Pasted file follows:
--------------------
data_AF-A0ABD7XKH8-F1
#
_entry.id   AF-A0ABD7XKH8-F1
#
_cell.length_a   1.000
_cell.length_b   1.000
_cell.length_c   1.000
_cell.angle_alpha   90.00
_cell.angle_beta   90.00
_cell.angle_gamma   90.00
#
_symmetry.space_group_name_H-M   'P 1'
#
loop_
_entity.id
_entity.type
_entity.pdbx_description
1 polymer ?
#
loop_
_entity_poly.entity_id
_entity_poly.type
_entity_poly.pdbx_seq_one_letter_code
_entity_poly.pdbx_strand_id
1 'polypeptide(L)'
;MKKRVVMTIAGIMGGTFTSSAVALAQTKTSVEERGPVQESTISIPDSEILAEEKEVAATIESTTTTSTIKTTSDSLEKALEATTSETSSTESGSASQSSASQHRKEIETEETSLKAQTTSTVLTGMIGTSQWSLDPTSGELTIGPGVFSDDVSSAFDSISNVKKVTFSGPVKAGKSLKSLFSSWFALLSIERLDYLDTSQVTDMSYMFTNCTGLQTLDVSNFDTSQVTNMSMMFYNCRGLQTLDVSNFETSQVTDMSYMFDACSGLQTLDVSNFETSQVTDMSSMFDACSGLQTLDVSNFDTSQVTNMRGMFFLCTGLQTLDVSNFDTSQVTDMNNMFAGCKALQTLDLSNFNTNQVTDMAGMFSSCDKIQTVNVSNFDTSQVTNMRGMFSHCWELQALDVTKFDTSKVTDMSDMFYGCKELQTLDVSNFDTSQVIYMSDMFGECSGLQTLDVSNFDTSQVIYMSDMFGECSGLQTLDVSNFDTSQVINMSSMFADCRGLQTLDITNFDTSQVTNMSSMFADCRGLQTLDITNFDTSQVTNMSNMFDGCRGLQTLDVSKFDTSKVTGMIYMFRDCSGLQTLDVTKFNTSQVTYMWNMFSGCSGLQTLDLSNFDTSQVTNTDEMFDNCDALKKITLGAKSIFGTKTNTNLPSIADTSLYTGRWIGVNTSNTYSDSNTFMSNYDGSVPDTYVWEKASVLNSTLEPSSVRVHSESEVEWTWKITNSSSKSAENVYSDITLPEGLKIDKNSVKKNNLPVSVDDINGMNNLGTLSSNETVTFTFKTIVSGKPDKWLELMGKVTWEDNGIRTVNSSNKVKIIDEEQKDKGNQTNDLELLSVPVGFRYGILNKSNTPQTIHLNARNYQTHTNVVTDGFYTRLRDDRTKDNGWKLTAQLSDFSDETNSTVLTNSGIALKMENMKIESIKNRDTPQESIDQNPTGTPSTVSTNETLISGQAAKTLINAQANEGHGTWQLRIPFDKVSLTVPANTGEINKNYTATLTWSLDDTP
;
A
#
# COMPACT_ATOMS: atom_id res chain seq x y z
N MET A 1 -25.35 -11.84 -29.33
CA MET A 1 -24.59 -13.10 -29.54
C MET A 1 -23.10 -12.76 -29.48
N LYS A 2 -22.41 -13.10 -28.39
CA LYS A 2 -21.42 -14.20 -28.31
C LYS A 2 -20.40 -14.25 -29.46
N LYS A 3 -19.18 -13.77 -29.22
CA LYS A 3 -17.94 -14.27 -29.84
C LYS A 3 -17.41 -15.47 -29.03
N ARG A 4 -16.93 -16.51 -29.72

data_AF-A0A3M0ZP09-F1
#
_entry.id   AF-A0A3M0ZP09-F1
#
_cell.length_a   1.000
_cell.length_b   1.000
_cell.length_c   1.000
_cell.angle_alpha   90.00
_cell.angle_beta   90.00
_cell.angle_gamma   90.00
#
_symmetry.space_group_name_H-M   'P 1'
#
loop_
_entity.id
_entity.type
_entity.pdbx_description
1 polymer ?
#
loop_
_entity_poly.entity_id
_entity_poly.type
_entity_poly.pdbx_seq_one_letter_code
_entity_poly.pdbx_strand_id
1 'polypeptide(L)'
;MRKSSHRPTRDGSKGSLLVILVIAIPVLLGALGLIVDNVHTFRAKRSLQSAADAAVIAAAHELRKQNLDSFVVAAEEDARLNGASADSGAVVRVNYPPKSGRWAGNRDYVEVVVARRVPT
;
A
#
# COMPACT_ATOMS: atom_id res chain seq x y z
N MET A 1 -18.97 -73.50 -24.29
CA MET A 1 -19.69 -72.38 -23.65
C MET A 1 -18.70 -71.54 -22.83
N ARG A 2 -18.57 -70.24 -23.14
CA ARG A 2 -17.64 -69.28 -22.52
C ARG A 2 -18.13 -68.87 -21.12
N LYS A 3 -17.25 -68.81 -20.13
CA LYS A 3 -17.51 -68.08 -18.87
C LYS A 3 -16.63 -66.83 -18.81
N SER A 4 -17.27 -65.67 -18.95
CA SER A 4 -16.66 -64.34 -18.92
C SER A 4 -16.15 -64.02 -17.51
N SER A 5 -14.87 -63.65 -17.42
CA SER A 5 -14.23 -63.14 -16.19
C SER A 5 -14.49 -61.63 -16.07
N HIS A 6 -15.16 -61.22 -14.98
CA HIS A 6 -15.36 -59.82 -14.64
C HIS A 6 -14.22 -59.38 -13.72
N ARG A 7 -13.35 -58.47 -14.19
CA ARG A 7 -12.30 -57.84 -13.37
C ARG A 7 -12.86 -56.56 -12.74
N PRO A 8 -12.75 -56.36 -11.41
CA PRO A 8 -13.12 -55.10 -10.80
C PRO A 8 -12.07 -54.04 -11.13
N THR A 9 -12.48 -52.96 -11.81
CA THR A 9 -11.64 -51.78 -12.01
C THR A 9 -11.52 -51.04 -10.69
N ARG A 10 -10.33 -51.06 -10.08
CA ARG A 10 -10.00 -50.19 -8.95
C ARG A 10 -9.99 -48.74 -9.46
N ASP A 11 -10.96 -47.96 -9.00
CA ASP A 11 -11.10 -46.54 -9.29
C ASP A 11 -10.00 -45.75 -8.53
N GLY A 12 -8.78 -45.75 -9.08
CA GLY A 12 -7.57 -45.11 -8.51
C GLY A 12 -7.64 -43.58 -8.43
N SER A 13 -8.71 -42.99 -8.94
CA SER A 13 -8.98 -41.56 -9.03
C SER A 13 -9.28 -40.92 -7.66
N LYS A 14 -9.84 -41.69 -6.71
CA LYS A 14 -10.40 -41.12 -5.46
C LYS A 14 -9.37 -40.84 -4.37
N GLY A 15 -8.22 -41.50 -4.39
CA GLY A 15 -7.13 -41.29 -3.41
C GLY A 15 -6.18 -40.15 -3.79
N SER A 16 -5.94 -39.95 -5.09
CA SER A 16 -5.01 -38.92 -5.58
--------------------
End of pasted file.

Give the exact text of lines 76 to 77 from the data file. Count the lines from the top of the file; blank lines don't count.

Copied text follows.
C ARG A 2 -18.13 -68.87 -21.12
N LYS A 3 -17.25 -68.81 -20.13